At the same time, Bainbridge is a sympathetic and nonjudgmental observer of people living in an alternative world. In his salad days, Bainbridge infiltrated Scientology, TM, and the Hare Krishnas, and spent two long years in the Process Church of Final Judgment — a sorta Satanic cult whose rants graced the gatefolds of a few early Funkadelic records. Observing and writing about these groups close-hand gave Bainbridge a good handle on how people operate as rational agents inside arcane worlds of magical thinking; it also allowed him to satisfy his taste for role play.
In his salad days, Bainbridge infiltrated Scientology, TM, and the Hare Krishnas, and spent two long years in the Process Church of Final Judgment.
When it came to WoW, Bainbridge clearly drank the Kool-Aid, and his enthusiasm as a player both enhances and complicates the usefulness of his book, since it is not always clear who the book is aimed at. Along with accessible discussions of social scientific ideas and methods and their application to Warcraft, the reader will also confront pages and pages that radiate the gleeful and geeky myopia of the obsessive gamer. As Bainbridge is not the most evocative of writers, his barrage of details about quests, landscapes, and lore does not draw us into the fiction, and as such seem more keyed to readers already invested in leveling up their WoW characters. In the fascinating chapter on learning, for example, Bainbridge offers the following aside: “Few players seem to know there is a remarkable mountain pass at Thunder Falls, where Defias bandits have a hideaway and it is possible to climb a peak that affords a marvelous view down onto Westfall.” Alright then… good to know!
Another peculiarity is Bainbridge’s decision to describe WoW’s fictions as if they were features of an actual place rather than a collaborative concoction of the professional entertainers at Blizzard Entertainment and their dues-paying clients. While he does discuss the environmental themes of some of the quests, and digs into the history of the fantasy RPG genre, he mostly just tells it as it is. This approach reflects the density of WoW’s shared reality for those who invest their time there, but it doesn’t directly address the — to my mind — much larger questions raised about the relationship between reality and fiction, actual world and gameworld. Bainbridge does loop “RL” into his discussions, but in a generally scattershot fashion. He describes how technical interruptions effect game-play (including the conundrum of the pinky finger) and spends a thankfully brief amount of time on the over-hyped topic of players with characters of the opposite gender. But he provides hardly any information on who plays this game and what it means to them in their lives.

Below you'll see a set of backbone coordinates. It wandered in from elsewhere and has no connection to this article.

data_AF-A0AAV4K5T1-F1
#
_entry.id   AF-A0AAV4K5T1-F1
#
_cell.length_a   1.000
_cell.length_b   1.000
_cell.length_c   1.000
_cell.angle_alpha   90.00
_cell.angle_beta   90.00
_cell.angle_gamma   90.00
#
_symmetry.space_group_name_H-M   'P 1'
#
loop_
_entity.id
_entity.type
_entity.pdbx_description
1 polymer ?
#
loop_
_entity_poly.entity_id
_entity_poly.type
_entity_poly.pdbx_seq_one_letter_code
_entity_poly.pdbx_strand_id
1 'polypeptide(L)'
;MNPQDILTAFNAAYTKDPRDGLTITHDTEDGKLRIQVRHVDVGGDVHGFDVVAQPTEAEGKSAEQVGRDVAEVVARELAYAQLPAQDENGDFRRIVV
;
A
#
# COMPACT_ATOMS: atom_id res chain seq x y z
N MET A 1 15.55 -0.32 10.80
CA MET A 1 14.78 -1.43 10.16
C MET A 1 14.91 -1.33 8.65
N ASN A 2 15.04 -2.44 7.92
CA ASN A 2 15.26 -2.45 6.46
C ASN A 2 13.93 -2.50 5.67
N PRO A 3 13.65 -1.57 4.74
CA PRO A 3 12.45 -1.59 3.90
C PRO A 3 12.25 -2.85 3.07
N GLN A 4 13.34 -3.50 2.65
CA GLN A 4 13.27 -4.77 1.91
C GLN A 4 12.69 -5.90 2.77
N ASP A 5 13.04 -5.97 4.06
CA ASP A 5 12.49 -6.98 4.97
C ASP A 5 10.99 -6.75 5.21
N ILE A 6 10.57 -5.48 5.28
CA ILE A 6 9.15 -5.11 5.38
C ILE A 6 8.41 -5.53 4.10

For example, Bainbridge often makes the point that no one playing the game actually believes in the wacky religions professed by their characters. But many players share beliefs that are often quite close to WoW’s own mixture of occultism, shamanism, and mystic monotheism; in his chapter on religion, Bainbridge largely describes instead of analyzing. When Bainbridge does take the religious implication of WoW seriously, he goes SciFi, imagining a near future where NPCs (non-player characters) will combine AI and profiles based on the choices and preferences of individual players. “Speaking entirely for myself, I would consider a continued existence for my main WoW character, behaving as I would behave if I still lived, as a realistic form of immortality.” If there is any merit to this line of speculation, then Bainbridge has already taken the first step in producing this book — the oldest form of media immortality.